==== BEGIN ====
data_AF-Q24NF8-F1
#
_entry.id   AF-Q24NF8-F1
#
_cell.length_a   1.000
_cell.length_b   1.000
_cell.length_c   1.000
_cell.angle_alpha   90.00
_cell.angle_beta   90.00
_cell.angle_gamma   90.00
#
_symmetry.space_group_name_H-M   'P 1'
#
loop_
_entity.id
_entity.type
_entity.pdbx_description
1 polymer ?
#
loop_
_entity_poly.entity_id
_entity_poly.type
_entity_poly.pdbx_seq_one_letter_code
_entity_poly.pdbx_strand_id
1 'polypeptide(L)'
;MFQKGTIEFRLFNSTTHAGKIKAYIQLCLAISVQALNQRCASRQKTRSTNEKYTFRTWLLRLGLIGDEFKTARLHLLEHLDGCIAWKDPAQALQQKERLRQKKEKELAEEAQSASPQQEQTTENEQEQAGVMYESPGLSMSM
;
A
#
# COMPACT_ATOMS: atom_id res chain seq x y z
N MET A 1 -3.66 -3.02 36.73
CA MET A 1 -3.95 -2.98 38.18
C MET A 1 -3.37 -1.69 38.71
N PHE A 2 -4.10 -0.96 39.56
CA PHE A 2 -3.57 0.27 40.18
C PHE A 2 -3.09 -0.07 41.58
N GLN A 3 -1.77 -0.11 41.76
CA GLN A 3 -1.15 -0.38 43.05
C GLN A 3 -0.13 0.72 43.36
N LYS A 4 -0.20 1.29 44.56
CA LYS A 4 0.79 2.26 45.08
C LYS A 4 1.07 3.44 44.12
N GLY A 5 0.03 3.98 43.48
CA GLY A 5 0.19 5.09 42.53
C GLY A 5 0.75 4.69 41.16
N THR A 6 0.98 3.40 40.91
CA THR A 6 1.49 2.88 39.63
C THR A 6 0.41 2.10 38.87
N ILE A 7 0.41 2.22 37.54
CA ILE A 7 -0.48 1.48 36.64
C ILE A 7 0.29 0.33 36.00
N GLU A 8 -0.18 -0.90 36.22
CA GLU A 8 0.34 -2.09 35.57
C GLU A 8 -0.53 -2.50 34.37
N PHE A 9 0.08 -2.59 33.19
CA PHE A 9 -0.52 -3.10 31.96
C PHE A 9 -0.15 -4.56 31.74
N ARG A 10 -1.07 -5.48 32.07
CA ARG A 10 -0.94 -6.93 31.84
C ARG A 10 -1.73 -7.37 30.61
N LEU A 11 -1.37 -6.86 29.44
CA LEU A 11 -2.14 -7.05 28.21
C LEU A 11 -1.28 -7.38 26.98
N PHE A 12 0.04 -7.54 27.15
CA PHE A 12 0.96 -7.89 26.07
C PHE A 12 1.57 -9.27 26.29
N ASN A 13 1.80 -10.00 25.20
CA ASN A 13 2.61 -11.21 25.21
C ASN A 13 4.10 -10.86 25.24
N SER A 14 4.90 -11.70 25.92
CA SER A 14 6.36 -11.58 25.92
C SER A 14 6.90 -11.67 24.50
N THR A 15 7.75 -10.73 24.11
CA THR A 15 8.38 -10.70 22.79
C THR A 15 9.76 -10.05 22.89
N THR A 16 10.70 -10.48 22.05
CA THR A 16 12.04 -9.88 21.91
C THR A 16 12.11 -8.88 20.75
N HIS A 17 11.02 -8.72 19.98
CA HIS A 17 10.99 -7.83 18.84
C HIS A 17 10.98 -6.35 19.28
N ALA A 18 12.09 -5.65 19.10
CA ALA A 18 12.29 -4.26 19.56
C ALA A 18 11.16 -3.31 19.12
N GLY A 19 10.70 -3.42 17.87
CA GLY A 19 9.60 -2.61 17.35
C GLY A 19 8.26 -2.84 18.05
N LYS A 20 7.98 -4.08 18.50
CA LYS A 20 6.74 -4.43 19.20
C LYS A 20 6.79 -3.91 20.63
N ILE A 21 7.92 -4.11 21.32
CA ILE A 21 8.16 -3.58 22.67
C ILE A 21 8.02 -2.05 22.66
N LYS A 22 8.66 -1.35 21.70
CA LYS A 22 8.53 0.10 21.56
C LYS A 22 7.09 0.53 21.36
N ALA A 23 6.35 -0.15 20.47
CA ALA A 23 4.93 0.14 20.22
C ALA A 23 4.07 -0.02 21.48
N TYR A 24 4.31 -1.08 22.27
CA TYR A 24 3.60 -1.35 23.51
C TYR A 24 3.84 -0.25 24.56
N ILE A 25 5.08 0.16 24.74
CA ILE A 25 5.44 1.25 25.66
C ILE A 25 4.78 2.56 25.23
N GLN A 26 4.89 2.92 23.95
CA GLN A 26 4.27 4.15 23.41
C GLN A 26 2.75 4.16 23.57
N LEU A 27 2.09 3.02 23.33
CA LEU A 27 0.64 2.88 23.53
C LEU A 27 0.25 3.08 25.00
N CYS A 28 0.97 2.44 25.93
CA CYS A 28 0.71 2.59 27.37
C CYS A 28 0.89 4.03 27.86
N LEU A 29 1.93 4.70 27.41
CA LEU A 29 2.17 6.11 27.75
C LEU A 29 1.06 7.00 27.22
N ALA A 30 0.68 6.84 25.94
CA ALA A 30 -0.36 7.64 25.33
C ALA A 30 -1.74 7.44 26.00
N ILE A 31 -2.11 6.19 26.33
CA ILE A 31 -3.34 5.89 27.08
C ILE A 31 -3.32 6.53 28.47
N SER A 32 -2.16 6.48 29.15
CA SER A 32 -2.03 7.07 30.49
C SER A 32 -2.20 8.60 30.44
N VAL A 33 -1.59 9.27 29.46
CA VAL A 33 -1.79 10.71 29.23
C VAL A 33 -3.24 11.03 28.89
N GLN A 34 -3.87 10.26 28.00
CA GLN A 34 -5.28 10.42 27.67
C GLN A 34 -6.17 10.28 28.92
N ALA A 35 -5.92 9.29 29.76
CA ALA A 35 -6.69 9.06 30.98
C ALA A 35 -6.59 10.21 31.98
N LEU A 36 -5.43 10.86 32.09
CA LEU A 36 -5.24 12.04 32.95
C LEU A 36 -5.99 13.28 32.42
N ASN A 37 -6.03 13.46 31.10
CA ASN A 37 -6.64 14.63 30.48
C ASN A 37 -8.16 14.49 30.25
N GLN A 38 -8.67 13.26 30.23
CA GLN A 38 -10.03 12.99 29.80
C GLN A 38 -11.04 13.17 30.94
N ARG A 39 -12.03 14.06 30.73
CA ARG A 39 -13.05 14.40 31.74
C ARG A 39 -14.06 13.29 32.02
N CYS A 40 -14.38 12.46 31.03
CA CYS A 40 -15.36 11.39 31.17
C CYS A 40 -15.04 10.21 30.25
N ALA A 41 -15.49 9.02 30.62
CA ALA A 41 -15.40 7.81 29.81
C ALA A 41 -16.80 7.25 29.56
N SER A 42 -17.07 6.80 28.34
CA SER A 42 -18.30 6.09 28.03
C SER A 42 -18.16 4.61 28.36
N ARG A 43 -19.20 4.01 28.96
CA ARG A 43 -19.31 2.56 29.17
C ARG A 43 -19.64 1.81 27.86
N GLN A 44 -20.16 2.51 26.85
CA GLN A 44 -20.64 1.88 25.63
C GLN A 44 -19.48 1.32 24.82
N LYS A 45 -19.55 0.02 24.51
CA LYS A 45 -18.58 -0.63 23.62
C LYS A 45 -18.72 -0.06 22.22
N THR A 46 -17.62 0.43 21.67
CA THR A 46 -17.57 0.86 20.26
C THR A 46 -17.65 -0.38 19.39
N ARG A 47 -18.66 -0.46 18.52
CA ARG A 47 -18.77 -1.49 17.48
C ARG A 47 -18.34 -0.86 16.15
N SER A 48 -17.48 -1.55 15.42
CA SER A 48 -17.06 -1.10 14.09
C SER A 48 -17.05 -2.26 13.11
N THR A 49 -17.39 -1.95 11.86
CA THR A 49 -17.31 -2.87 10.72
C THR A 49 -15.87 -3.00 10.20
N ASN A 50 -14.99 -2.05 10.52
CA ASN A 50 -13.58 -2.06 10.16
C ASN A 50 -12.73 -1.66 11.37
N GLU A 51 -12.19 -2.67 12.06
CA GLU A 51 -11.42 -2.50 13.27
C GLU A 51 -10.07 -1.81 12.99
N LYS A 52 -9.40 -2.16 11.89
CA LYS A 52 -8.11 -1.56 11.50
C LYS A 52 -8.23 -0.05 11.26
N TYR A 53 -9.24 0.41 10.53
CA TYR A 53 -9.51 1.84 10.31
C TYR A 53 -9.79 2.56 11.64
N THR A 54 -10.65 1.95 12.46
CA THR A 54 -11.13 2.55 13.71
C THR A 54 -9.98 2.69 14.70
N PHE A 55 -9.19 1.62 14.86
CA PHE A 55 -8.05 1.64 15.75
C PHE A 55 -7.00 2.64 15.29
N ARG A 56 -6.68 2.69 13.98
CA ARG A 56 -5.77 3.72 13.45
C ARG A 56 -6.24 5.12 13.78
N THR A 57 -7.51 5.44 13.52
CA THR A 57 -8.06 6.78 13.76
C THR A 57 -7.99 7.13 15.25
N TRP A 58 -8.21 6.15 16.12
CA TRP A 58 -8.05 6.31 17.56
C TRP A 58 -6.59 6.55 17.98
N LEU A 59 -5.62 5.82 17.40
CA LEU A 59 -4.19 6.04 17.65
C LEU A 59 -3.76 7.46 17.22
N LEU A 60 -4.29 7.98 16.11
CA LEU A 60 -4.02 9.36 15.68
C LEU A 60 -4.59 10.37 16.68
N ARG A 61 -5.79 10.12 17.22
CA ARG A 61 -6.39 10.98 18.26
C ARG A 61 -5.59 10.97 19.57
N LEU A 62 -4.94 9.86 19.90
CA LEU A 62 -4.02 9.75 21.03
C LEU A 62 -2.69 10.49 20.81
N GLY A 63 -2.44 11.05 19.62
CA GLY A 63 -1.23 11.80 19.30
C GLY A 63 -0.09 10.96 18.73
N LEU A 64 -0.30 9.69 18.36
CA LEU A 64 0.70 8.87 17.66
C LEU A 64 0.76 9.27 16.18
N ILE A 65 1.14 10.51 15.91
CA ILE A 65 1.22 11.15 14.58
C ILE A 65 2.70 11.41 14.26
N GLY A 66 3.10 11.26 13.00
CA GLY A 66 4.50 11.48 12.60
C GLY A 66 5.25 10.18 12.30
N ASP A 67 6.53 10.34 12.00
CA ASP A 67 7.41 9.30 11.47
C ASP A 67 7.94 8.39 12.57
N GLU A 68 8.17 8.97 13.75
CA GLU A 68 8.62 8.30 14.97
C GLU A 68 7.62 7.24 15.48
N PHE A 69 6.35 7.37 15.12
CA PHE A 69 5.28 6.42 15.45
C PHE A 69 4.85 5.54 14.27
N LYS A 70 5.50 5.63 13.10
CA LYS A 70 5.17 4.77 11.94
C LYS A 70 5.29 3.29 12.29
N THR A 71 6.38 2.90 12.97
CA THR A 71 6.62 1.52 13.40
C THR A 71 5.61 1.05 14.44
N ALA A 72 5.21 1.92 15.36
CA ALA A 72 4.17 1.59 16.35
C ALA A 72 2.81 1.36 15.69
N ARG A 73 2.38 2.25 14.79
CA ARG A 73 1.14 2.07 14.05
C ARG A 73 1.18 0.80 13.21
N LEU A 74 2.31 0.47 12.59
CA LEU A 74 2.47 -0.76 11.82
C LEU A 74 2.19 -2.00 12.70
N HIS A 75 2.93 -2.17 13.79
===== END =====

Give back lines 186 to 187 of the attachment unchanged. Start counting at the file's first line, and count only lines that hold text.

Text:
C LYS A 52 -8.23 -0.05 11.26
N TYR A 53 -9.24 0.41 10.53